El Sitio & Los Tercios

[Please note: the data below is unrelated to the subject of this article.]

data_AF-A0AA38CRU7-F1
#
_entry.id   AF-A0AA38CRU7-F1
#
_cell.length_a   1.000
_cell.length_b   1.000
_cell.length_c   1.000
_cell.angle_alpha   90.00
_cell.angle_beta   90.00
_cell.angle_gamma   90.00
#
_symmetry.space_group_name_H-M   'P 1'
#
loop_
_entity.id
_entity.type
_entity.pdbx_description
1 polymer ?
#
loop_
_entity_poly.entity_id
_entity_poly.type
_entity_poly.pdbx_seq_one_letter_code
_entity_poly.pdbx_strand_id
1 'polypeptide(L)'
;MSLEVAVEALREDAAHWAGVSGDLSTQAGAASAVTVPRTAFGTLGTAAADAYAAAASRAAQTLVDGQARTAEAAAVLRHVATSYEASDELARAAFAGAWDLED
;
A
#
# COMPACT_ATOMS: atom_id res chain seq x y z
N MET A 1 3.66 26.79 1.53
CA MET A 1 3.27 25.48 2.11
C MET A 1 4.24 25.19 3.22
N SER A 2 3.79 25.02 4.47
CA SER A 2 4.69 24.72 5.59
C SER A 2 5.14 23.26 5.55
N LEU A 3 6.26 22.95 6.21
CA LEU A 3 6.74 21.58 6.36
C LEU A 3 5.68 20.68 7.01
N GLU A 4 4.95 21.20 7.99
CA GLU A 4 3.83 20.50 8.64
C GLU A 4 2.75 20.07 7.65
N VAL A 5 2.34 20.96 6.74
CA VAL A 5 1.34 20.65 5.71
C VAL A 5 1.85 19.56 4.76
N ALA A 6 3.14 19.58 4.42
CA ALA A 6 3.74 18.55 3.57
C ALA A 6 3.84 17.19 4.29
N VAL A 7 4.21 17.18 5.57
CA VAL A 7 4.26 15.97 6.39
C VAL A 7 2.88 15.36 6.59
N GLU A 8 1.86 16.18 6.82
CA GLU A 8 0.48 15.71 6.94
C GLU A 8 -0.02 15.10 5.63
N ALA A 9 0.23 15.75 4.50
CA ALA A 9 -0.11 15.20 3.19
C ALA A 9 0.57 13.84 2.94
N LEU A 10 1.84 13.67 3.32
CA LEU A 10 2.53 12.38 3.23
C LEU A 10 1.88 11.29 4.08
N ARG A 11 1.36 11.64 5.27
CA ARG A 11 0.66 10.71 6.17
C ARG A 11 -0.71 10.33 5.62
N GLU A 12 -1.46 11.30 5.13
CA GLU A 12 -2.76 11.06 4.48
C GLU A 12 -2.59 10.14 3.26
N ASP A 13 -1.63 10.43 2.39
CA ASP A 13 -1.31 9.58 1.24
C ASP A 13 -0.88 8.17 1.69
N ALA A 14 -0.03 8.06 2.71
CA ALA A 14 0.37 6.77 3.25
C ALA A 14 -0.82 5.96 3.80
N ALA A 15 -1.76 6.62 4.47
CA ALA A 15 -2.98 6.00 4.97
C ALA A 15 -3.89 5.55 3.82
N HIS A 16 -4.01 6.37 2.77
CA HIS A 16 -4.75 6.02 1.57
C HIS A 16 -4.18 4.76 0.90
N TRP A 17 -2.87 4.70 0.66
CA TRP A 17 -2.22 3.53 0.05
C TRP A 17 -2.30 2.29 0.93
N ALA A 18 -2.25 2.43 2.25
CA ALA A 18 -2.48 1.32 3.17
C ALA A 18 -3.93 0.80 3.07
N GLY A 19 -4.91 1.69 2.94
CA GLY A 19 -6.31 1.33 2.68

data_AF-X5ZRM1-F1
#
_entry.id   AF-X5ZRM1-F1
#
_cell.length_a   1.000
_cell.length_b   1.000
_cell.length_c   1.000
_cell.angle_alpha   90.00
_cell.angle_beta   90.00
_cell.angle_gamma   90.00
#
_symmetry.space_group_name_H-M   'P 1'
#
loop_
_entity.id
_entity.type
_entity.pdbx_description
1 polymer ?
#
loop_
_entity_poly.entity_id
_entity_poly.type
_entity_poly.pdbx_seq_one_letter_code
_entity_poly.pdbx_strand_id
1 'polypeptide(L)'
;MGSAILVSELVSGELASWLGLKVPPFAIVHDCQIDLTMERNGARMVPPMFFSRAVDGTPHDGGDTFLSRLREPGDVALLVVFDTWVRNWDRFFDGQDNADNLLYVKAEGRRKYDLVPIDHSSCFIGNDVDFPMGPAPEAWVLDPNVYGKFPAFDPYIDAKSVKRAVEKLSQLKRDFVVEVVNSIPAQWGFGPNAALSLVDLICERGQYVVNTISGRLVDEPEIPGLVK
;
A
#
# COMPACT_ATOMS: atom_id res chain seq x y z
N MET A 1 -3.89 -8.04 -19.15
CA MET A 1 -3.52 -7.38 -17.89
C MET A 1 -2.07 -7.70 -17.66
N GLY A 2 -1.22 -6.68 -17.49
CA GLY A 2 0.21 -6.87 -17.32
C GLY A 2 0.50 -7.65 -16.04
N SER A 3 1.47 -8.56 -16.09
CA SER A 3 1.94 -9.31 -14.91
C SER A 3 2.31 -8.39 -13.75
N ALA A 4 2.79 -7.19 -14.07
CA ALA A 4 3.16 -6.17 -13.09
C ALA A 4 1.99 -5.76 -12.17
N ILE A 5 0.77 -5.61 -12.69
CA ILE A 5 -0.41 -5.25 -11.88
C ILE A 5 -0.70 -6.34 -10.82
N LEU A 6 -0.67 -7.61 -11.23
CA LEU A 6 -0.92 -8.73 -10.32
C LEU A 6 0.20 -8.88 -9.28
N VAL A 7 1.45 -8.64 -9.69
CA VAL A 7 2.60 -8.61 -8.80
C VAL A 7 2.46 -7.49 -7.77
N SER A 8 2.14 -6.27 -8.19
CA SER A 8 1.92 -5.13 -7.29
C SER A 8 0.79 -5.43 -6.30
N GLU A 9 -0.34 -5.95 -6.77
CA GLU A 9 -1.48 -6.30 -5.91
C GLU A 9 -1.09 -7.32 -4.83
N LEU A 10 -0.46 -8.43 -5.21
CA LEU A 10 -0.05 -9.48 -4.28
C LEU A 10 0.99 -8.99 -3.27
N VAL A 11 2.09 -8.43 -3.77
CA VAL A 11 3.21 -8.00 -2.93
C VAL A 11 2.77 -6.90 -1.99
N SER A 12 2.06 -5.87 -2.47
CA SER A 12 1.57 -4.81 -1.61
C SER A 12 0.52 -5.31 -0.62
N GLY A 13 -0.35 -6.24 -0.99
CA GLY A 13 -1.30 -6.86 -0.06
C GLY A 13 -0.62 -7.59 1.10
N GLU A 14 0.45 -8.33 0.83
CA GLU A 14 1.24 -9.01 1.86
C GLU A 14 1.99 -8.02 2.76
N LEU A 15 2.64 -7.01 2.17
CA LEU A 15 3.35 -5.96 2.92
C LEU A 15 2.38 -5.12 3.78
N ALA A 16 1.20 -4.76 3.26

On Friday, I went to El Sitio Cenicero with Celeste. We left at 6:20 am because we had to go with the teachers since we had to take a car and a boat to get to the school. In the school there was only three teachers, and the principal was one of the teachers. Each teacher had to teach three different grades and they all were in the same classroom. For example, one teacher taught first, second, and third grade in the same classroom; I think is really hard for a teacher to teach the same material to students of different ages because they all have different needs depending on their grade. Another interesting thing that I noticed in El Sitio was that the mothers of the students go to the school and make food for all the students. I talked to the mother who had to make the food on Friday to see how they organize who goes when; she told me that they have a committee that decides who goes each week; two mothers go in the morning and afternoon every day and they have a different menu for each day. Also, the number of students in each class was small especially in the afternoon — for three grades there are only about seventeen students, but because of the absences there were only like eleven students. Other than teach classes, Celeste and I also made pupusas. It was my first time making pupusas and it was really fun because I do not like to cook but helping the mothers to cook it was not bad.  Yesterday, we also went to Los Tercios, which are waterfalls here in Suchitoto. The guy who went with us, told us a little of the history of the waterfalls. He told us that there are few stories that say that in the past the indigenous people had  firewood and one of their God turned it into rocks as a punishment. Also, he explained that the name Los Tercios is because here in El Salvador when people make a bundle of firewood they call it “un tercio de leña” and because of the shape of the waterfalls, there are “tercios de leña”. Finally, I learned that Suchitoto means place of birds and flowers in Náhuat.

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